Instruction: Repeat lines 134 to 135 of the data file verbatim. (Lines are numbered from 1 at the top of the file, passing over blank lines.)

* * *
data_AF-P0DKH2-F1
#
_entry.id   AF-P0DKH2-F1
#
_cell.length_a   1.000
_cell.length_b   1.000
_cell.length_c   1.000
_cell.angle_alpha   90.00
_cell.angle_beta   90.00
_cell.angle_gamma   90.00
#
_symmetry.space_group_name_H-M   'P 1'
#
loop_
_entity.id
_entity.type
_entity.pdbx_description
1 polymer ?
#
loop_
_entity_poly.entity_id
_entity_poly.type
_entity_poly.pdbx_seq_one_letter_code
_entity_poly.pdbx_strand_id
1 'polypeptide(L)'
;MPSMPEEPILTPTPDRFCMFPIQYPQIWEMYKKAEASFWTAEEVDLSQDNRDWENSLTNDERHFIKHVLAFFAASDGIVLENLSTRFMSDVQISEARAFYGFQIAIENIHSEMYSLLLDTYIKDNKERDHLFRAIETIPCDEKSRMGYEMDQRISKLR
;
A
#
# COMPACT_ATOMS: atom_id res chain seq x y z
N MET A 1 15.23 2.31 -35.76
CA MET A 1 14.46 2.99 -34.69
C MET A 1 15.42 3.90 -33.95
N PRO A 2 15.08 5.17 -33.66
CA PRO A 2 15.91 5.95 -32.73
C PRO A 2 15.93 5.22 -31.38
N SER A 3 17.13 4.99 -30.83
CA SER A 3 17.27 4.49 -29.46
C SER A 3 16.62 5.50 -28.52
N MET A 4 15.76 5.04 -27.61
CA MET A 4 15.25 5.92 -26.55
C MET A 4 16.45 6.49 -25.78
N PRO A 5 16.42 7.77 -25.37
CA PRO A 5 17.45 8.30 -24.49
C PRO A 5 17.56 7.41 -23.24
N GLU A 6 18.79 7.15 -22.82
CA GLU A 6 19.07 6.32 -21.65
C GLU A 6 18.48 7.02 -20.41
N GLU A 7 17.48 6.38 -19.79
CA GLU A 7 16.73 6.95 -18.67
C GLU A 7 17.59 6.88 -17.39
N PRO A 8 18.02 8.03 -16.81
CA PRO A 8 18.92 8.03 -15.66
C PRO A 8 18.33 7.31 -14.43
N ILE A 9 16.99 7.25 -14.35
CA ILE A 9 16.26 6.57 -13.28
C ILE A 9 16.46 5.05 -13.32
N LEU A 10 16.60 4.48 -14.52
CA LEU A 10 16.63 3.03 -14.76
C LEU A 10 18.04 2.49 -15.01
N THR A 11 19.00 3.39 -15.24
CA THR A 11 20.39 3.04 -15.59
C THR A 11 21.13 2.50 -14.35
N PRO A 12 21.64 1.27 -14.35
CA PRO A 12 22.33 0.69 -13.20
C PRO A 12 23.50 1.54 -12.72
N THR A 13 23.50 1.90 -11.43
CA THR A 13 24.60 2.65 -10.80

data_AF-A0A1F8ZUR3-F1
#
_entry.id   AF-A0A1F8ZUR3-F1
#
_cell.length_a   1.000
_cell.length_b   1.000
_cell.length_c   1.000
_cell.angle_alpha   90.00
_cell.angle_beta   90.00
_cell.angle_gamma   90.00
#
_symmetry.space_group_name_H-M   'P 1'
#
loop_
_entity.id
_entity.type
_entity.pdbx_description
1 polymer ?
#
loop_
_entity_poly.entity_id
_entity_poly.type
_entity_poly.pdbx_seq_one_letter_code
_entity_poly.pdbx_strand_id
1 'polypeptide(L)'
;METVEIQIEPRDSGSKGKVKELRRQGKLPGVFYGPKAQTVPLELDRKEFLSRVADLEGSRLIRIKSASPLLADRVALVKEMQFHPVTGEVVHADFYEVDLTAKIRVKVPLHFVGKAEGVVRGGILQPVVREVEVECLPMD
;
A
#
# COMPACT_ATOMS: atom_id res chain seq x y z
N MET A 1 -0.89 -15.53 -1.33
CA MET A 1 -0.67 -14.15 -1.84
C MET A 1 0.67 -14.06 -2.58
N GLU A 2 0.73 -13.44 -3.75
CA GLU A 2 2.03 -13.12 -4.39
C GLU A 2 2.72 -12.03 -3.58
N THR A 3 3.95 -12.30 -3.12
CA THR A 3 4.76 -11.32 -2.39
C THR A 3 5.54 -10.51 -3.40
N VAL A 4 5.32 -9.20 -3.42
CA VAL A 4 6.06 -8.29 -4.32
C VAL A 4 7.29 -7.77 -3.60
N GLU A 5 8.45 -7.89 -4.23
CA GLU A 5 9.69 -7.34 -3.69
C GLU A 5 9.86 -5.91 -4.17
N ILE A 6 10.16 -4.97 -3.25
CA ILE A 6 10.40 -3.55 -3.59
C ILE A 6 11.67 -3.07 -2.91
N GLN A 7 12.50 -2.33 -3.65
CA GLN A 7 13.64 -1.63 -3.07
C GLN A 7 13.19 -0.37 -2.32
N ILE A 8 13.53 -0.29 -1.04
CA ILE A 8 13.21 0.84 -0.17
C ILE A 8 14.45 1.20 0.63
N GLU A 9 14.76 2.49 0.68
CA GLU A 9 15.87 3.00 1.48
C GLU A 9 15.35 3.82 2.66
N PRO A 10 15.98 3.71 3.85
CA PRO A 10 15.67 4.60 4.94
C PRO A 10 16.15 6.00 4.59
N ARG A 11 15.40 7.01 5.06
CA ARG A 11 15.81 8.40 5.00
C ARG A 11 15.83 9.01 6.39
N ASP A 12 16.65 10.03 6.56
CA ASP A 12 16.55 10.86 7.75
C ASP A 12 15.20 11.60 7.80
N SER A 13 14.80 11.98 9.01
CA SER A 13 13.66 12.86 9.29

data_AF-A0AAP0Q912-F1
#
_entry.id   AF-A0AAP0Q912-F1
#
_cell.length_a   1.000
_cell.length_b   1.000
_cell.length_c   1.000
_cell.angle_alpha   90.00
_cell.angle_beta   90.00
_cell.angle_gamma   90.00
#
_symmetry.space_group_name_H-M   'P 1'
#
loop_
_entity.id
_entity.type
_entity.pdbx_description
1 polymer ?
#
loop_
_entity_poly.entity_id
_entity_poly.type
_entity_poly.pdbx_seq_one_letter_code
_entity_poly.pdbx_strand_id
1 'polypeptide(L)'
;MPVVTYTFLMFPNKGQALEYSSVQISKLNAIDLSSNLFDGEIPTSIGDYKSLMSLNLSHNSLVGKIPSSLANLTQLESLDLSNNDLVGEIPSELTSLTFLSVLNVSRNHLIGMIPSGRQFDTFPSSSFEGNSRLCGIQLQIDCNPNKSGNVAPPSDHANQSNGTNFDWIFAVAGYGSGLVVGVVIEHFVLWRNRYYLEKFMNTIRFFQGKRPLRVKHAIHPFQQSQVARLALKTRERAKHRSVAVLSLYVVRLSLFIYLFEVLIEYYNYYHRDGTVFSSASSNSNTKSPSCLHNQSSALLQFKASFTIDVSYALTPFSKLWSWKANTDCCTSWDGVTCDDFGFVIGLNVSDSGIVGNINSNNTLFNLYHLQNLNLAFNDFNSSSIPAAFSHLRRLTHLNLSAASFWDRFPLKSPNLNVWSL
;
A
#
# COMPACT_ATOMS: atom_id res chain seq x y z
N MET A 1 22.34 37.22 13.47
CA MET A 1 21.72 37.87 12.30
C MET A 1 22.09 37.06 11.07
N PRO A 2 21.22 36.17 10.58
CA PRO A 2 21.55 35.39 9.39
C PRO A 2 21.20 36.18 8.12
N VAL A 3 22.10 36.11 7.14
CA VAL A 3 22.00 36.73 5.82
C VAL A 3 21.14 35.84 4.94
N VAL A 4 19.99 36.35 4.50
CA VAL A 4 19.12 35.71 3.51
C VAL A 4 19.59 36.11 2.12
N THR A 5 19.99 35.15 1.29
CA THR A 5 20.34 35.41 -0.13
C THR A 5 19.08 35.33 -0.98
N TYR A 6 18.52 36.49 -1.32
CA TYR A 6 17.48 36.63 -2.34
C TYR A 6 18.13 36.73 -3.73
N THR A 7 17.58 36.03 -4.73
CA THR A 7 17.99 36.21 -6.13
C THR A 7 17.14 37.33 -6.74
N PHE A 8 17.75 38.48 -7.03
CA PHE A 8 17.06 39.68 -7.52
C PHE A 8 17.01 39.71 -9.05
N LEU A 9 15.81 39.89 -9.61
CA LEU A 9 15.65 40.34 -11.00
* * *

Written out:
C ASP A 12 15.20 11.60 7.80
N SER A 13 14.80 11.98 9.01